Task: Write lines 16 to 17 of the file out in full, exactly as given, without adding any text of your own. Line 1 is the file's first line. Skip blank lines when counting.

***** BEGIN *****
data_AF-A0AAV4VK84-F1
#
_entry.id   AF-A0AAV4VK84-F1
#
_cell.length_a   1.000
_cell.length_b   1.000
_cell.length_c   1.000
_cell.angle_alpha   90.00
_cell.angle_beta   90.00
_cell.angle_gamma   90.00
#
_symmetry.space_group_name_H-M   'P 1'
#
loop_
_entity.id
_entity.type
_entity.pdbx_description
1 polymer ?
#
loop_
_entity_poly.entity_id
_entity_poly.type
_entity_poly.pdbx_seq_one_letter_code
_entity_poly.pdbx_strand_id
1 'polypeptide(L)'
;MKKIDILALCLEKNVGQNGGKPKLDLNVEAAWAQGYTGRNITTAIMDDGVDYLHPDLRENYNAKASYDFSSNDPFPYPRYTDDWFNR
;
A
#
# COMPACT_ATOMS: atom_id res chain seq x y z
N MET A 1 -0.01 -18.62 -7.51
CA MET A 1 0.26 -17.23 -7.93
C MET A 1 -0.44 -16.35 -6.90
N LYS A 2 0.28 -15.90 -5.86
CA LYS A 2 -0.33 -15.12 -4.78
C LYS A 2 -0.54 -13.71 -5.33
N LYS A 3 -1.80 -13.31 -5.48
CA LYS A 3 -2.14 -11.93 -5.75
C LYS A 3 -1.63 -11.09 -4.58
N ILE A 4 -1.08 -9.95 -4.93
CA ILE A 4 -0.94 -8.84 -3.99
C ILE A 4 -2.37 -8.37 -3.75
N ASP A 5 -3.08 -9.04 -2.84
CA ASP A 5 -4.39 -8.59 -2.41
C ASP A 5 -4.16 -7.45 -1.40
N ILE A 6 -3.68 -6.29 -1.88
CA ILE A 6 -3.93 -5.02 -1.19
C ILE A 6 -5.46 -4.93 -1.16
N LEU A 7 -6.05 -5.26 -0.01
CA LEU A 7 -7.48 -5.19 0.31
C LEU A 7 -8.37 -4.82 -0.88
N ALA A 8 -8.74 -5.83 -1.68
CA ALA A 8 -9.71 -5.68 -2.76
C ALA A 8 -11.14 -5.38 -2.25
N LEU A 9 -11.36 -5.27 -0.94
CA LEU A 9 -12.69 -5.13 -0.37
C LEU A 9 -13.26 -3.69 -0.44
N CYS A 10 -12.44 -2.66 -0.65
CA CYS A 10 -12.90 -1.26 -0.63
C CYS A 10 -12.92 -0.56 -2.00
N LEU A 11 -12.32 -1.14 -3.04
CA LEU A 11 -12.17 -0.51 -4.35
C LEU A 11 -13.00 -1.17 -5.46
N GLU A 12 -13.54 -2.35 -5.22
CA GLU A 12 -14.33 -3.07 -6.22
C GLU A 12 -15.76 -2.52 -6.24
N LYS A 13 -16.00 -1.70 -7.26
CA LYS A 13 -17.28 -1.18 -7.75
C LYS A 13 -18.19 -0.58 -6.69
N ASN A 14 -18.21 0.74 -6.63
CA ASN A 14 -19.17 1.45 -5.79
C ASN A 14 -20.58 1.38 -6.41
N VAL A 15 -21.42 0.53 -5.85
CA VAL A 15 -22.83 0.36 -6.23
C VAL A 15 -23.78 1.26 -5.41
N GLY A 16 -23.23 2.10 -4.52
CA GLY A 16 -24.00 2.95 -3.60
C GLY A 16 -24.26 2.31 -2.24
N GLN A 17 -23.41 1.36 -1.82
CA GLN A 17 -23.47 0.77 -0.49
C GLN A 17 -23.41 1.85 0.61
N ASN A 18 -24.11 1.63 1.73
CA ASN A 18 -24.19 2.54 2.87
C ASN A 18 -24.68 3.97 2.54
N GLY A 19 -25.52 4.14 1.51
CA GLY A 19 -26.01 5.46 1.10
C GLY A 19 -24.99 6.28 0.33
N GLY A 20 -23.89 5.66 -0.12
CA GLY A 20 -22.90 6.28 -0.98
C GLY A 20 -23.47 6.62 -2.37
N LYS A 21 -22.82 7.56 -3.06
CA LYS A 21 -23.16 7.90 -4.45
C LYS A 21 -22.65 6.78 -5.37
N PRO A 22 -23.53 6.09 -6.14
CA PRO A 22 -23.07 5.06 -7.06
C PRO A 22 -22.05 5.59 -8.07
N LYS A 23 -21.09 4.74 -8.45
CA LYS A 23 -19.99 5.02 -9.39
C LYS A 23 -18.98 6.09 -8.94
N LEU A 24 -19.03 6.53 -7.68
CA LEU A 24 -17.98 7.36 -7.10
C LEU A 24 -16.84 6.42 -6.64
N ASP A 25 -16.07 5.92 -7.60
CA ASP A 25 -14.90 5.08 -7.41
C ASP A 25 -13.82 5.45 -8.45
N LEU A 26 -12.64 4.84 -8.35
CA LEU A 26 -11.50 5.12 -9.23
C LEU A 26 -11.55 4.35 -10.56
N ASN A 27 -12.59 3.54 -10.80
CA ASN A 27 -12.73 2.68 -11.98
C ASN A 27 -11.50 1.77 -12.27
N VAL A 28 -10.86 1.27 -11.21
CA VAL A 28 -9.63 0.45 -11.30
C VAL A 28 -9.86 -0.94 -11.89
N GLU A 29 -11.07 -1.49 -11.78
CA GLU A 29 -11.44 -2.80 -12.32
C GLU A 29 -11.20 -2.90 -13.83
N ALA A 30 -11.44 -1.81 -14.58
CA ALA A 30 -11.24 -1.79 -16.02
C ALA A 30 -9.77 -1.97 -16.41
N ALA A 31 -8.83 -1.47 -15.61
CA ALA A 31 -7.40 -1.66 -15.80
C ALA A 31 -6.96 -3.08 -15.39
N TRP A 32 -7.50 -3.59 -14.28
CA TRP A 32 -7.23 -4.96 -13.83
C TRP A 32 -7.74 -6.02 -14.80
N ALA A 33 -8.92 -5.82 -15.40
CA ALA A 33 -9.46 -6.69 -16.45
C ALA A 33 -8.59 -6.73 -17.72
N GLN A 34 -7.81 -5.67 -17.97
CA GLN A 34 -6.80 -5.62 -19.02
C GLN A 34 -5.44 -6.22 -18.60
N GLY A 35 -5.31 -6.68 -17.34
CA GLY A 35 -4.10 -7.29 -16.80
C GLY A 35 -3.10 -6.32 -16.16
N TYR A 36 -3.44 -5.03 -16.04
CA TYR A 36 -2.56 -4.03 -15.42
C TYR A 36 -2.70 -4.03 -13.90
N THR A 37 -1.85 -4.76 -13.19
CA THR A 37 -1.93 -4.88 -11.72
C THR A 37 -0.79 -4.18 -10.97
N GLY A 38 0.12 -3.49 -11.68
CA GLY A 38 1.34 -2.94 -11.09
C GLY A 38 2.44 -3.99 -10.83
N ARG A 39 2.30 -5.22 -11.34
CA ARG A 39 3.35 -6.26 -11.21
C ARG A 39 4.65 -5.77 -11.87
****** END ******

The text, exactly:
_entity.type
_entity.pdbx_description